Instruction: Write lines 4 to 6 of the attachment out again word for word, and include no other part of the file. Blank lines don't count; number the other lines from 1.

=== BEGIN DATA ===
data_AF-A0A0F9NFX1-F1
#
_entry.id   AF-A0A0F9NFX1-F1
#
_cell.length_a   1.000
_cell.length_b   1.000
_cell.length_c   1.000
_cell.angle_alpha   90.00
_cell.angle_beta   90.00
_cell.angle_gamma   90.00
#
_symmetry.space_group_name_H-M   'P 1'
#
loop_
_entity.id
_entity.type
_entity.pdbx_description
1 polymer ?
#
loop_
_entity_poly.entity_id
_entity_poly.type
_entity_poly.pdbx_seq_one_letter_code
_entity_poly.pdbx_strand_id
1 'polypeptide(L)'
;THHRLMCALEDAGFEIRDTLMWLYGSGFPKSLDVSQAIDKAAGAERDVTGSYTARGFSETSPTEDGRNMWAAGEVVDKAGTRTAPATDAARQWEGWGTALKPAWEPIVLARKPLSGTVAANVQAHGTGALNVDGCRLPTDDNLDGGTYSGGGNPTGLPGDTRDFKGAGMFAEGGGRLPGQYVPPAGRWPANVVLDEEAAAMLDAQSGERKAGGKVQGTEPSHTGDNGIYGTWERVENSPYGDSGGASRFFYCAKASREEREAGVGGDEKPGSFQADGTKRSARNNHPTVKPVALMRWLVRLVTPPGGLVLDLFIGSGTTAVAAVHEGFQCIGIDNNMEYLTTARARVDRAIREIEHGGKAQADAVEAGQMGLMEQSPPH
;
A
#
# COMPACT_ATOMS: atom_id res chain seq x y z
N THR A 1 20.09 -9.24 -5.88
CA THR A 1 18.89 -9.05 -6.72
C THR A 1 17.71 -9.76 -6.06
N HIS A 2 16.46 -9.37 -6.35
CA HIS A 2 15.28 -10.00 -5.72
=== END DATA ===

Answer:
#
_cell.length_a   1.000
_cell.length_b   1.000